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You can use resistors to divide voltage.

A circuit with just some resistors may not seem very interesting but you can learn something. If you put two resistors in-line with each other, then the total resistance will be the sum of each resistor. This type of arrangement is called in series. You can learn more by listening to the previous episode about series vs. parallel.

While you can think of multiple resistors in series as being equivalent to a single larger resistor they have an interesting property that will divide the voltage. Since they’re in series, there’s only one path for current to flow so that means that the current will be the same through each resistor. The total resistance will determine this current. And each resistor will share a portion of the voltage. If you have two resistors and they’re both the same value, then each will share half the voltage. But if one resistor is larger, then it will carry more of the voltage.

You can use this in designs where you want to adjust maybe the volume or brightness or speed of something. You can use a variable resistor called a potentiometer or pot for short. Most knobs that have a minimum and maximum amount they can be turned are actually variable resistors. Now if you have a newer device that has knobs that can turn as much as you want, then these are not potentiometers.

Listen to the episode or you can also read the full transcript below.

## Transcript

Make sure to listen to recent earlier episodes especially about voltage, current, and resistance. This episode builds on that.

Let’s start with something basic. You should never connect a 5 volt supply voltage directly to ground. Or whatever voltage level you’re working with. This is called a short. Because you provided a shortcut path for all the current to flow through instead of the rest of your circuit. Sometimes you might want to short out a portion of your circuit but never the whole thing. Not only will your circuit stop working, but you could damage the power supply, blow out fuses, and many other undesirable effects.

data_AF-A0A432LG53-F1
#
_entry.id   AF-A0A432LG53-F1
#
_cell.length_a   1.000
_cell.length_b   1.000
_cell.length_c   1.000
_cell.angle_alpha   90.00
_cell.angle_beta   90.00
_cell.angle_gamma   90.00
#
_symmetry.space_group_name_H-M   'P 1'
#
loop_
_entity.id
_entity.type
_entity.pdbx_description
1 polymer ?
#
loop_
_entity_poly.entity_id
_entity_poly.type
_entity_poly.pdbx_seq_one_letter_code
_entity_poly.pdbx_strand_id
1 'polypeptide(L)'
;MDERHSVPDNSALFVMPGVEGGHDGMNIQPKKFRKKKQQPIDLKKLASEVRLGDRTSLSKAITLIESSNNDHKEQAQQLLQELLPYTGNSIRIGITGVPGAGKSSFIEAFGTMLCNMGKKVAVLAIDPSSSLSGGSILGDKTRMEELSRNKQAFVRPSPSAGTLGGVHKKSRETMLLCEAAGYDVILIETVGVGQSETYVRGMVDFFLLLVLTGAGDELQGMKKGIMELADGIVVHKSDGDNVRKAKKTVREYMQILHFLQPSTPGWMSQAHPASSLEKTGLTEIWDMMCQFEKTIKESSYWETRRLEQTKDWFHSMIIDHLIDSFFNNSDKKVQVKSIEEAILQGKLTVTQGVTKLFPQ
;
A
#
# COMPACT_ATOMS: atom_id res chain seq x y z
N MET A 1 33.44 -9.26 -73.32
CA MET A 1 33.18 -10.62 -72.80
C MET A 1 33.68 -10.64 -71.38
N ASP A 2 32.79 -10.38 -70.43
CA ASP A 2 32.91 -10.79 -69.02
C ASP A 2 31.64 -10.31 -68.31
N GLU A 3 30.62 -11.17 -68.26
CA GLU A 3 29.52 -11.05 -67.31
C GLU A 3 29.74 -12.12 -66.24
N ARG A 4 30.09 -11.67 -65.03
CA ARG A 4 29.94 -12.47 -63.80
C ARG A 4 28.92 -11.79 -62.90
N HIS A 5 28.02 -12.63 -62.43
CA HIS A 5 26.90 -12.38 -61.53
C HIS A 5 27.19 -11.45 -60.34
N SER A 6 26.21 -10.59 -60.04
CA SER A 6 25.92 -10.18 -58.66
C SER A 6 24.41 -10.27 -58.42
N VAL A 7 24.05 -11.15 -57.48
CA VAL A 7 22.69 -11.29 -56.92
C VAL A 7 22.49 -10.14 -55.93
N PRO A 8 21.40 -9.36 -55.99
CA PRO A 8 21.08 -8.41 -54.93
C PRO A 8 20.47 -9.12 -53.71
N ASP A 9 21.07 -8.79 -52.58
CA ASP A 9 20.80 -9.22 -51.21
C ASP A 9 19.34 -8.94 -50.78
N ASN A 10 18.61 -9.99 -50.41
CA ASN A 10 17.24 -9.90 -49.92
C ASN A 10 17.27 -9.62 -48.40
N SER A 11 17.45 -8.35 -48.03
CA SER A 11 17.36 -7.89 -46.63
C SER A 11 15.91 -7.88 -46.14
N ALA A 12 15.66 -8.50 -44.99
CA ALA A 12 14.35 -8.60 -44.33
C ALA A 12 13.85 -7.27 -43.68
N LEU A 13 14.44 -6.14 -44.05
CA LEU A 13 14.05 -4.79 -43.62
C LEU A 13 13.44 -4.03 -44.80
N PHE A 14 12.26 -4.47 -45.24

Current will always take the path of least resistance. And a short has almost no resistance. The power supply will try to maintain its voltage level and that means it’ll have to push a lot of current through a short circuit. It may not be able to keep up. You can damage batteries and start fires. Always make sure that there’s a proper amount of resistance between your positive and negative power supply terminals. Or between 5 volts and ground in many cases.

A circuit with just some resistors may not seem very interesting but you can learn something. If you put two resistors in-line with each other, then the total resistance will be the sum of each resistor. This type of arrangement is called in series. You can learn more by listening to the previous episode about series vs. parallel.

While you can think of multiple resistors in series as being equivalent to a single larger resistor they have an interesting property that will divide the voltage. Since they’re in series, there’s only one path for current to flow so that means that the current will be the same through each resistor. The total resistance will determine this current. And each resistor will share a portion of the voltage. If you have two resistors and they’re both the same value, then each will share half the voltage. But if one resistor is larger, then it will carry more of the voltage.

You can use this in designs where you want to adjust maybe the volume or brightness or speed of something. You can use a variable resistor called a potentiometer or pot for short. Most knobs that have a minimum and maximum amount they can be turned are actually variable resistors. Now if you have a newer device that has knobs that can turn as much as you want, then these are not potentiometers.

A potentiometer is really just a fixed resistor that has a sliding terminal that can be moved up and down the resistor. This divides the resistor into two parts where one part starts out at zero ohms and slowly increases as you turn the knob and that causes the other part to decrease.

Sometimes, there can be a switch included inside the potentiometer. You’ve probably operated radios where there’s a small rotating wheel on one side. You move the wheel and it clicks to turn on the radio and then as you keep moving the wheel it gets louder. All of this is possible because of voltage dividers.